Suzy Kellems Dominik posing with her work Invisible prior to its installation at the Nautilus Hotel in Miami.
Photo: Courtesy of the artist. Photo: Christopher Yu.
Probably the most Instagrammed work of art during last year’s Art Basel Miami Beach wasn’t at the main fair — or any of the fairs at all. It was Suzy Kellems Dominik’s 12-foot-tall orgasming neon vagina, I Can Feel, at the Nautilus Hotel. (It lit up for 26.8 seconds, “which represents a fantasy orgasm,” she told Elle.) So working with the hotel again on a new piece was an “obvious collaboration” according to Kellems Dominik.
Her new work is less neon but just as big — a collection of 12-foot soft sculptures that Kellems Dominik describes as “the female form poetically objectified as a totem.” While the piece is titled Invisible, due to its scale, it’s anything but. Kellems Dominik explains that the idea behind her humanoid columns with lady lumps and fleshy folds is that “there’s no way, especially right now, to disregard the female experience.”
About her abstractly figurative sculptures, which kind of look like fingers or toes, Kellems Dominik says, “they’re definitely not Victoria Secret models.” (Though the bodies are white like most of the Victoria’s Secret Angels, albeit with different-colored “faces.”) “I thought it was very important to say, ‘This woman of a certain age, she’s not going to be invisible any longer.’ It’s this idea of taking something that is of so little value societally and saying, This is beautiful; this is real,” explains Kellems Dominik. She adds, “I even have a mastectomy totem.”
The sculptures’ themes of female representation and aging might just be relatable for the art world, of which women are a fast-growing demographic, while their feminism craft aesthetic is reminiscent of those pink pussy hats we first saw at the Women’s March on Washington.
Kellems Dominik mentions the #Metoo movement and Dr. Christine Blasey Ford’s testimony as part of the sociopolitical conversation she’s engaging in with her work, but Larry Nassar sexually assaulting the young women on the U.S. gymnastics team seems another recent moment of cultural reckoning that might have influenced her, considering that she herself was on the U.S. gymnastics team as a 16-year-old. “I was fortunate not to have had an experience like that,” she says. “It’s shocking to me and then not shocking. The fact is that in many sports, adult males have full control over the destiny of young women.”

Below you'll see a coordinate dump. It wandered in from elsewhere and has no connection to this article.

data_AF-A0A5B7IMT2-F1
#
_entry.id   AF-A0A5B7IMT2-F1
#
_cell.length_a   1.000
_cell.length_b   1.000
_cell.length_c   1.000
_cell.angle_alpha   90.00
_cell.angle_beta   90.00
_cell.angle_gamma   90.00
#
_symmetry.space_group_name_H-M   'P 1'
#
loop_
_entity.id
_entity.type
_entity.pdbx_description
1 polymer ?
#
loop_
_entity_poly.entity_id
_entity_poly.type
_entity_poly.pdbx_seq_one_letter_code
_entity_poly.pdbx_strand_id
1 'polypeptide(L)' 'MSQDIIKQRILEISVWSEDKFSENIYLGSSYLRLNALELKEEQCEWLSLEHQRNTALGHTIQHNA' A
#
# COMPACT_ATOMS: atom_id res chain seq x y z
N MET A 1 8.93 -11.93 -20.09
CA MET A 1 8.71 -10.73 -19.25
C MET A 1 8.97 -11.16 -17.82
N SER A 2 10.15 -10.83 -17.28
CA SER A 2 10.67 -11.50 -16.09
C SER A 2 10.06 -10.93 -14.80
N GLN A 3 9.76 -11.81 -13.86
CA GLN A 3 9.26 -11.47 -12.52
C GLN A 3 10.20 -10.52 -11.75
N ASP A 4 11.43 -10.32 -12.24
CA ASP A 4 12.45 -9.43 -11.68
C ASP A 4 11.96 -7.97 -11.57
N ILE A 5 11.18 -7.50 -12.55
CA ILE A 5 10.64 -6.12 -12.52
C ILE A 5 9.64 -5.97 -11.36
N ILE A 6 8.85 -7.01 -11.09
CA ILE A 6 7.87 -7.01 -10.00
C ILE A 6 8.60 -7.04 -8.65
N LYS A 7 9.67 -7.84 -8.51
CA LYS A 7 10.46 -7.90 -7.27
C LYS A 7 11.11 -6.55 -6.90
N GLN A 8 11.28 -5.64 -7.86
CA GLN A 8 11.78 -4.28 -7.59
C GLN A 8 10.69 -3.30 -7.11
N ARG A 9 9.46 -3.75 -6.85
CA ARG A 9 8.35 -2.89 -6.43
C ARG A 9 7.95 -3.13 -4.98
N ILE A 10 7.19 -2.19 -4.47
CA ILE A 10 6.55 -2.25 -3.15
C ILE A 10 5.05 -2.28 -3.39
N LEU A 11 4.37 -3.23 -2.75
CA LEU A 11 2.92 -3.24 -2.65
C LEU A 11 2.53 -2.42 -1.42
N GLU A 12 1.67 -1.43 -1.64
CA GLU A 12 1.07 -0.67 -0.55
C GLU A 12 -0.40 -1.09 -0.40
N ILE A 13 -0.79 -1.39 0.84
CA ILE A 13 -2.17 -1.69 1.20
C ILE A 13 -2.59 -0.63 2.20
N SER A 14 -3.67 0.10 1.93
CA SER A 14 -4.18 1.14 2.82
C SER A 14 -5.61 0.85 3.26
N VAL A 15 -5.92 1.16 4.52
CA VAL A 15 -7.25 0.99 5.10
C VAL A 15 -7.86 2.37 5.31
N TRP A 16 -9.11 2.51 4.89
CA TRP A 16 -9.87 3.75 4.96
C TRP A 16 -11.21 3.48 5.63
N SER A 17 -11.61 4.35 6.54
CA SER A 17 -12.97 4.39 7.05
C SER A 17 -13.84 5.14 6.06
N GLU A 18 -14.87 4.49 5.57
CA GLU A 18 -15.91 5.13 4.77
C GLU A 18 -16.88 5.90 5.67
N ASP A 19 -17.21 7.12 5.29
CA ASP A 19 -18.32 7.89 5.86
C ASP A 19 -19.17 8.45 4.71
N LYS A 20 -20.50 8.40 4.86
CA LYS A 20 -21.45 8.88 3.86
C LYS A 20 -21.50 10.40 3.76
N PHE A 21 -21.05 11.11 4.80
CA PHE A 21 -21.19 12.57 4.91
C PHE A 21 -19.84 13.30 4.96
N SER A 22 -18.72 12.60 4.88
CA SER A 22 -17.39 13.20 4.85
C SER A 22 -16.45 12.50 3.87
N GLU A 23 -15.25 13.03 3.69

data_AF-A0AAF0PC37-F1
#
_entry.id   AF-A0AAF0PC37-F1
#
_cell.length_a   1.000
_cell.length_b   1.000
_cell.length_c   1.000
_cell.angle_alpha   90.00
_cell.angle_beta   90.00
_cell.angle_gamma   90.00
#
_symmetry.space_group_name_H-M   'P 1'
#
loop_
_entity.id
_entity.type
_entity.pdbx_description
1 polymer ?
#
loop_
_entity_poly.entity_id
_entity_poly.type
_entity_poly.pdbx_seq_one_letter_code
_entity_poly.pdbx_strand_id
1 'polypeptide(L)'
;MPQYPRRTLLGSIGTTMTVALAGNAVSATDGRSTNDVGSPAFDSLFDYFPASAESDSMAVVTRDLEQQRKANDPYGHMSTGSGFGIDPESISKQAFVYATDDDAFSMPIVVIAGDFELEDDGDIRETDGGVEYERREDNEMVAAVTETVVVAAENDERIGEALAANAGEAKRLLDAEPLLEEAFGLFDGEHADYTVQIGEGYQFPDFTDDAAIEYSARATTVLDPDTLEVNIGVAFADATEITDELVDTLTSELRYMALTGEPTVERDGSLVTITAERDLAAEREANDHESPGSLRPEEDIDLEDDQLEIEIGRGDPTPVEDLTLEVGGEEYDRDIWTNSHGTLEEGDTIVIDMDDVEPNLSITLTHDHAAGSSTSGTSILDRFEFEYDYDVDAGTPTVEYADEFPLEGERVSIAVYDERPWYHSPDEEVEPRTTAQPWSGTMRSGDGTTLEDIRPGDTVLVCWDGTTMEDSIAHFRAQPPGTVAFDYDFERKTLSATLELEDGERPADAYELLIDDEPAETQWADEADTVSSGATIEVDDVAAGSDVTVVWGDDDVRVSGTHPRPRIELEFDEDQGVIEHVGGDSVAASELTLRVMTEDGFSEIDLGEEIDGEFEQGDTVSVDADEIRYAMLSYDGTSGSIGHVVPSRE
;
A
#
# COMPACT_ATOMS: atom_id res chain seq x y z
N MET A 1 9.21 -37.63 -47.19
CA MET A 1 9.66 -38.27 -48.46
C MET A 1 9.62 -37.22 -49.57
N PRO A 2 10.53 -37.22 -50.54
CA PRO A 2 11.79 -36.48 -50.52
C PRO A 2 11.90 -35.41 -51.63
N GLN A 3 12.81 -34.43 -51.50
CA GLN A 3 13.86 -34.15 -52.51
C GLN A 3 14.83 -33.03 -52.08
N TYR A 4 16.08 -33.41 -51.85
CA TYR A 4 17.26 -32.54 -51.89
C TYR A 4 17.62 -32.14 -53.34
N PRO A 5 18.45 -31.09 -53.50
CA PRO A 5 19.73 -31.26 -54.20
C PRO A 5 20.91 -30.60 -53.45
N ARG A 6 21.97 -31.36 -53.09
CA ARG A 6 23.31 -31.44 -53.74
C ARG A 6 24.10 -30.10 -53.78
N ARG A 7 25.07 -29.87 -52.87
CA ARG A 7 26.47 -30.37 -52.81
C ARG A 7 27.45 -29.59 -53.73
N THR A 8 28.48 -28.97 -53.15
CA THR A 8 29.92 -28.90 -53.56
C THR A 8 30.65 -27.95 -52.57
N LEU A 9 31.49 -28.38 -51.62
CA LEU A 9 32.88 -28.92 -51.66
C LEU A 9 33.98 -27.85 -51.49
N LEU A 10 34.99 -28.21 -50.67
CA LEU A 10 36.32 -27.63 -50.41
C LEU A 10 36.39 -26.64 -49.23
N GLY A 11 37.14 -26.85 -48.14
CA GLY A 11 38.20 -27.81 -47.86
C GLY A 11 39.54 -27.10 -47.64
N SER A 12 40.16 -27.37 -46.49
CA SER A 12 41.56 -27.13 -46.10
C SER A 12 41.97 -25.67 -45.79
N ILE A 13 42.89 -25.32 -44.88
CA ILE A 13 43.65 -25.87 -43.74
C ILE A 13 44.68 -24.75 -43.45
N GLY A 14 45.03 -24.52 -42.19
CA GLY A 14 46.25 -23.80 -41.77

Art installations at the Nautilus Hotel include work by Louise Bonnet and David Salle.
Photo: Courtesy of the Nautilus Hotel
Keeping up with the art arms race going on between Miami Beach hotels, her installation (and the panel discussion on storytelling she’s a part of on December 5) is just one element of Nautilus’s art programming this year. There will be 14 works by Vik Muniz on view (and for purchase). Louise Bonnet’s absurdly campy big-footed bikini babe, The Cyclops, has been rendered at the bottom of the pool, nearby to David Salle’s enormous 60-by-30-foot piece Frost Free installed on a restaurant awning (while its twin is at New York gallery Skarstedt’s booth over at the convention center). And Artnet columnist and art-fair evangelist Kenny Schachter will be stunting with an immersive environment of his writing.
The hotel was happy with their Instagram hit last year, and welcomed her back. “It sounds so simple but she had a clear message and it wasn’t lost in translation,” says the hotel’s proprietor, Jason Pomeranc, adding that he gave Kellems Dominik complete “creative control” this year. “We could have never anticipated the impact and success her first installation had. I don’t think Suzy did either! We appreciate that sort of bold approach to art as demonstrated in the additional programming at Nautilus this year. It sticks with you because it makes you stop and think.”